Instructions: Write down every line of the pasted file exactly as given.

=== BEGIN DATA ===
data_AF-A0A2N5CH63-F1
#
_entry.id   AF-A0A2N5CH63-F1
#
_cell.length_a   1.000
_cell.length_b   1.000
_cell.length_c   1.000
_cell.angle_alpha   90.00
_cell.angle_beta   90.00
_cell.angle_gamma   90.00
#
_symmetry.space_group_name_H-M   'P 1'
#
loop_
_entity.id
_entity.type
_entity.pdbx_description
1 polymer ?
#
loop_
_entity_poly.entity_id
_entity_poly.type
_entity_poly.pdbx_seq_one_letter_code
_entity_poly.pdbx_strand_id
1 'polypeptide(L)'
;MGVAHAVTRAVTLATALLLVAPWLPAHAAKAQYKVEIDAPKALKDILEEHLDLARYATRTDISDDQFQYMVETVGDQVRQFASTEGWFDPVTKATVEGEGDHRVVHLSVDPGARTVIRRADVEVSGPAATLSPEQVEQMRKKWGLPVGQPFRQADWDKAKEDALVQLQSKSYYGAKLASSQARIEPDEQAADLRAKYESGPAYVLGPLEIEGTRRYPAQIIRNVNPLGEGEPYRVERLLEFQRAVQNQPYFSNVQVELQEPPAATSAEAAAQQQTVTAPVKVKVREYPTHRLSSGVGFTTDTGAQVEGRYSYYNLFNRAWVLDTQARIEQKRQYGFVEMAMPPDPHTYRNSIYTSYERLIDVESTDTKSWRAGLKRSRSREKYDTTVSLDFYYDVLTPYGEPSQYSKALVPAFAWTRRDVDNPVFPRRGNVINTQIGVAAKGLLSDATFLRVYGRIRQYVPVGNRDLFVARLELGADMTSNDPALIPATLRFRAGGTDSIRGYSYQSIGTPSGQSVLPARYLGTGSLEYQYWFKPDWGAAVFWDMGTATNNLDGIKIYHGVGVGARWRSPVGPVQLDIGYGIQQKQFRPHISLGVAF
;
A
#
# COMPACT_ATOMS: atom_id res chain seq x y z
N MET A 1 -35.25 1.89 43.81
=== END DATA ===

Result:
data_AF-A0A2N5CH63-F1
#
_entry.id   AF-A0A2N5CH63-F1
#
_cell.length_a   1.000
_cell.length_b   1.000
_cell.length_c   1.000
_cell.angle_alpha   90.00
_cell.angle_beta   90.00
_cell.angle_gamma   90.00
#
_symmetry.space_group_name_H-M   'P 1'
#
loop_
_entity.id
_entity.type
_entity.pdbx_description
1 polymer ?
#
loop_
_entity_poly.entity_id
_entity_poly.type
_entity_poly.pdbx_seq_one_letter_code
_entity_poly.pdbx_strand_id
1 'polypeptide(L)'
;MGVAHAVTRAVTLATALLLVAPWLPAHAAKAQYKVEIDAPKALKDILEEHLDLARYATRTDISDDQFQYMVETVGDQVRQFASTEGWFDPVTKATVEGEGDHRVVHLSVDPGARTVIRRADVEVSGPAATLSPEQVEQMRKKWGLPVGQPFRQADWDKAKEDALVQLQSKSYYGAKLASSQARIEPDEQAADLRAKYESGPAYVLGPLEIEGTRRYPAQIIRNVNPLGEGEPYRVERLLEFQRAVQNQPYFSNVQVELQEPPAATSAEAAAQQQTVTAPVKVKVREYPTHRLSSGVGFTTDTGAQVEGRYSYYNLFNRAWVLDTQARIEQKRQYGFVEMAMPPDPHTYRNSIYTSYERLIDVESTDTKSWRAGLKRSRSREKYDTTVSLDFYYDVLTPYGEPSQYSKALVPAFAWTRRDVDNPVFPRRGNVINTQIGVAAKGLLSDATFLRVYGRIRQYVPVGNRDLFVARLELGADMTSNDPALIPATLRFRAGGTDSIRGYSYQSIGTPSGQSVLPARYLGTGSLEYQYWFKPDWGAAVFWDMGTATNNLDGIKIYHGVGVGARWRSPVGPVQLDIGYGIQQKQFRPHISLGVAF
;
A
#
# COMPACT_ATOMS: atom_id res chain seq x y z
N MET A 1 -35.25 1.89 43.81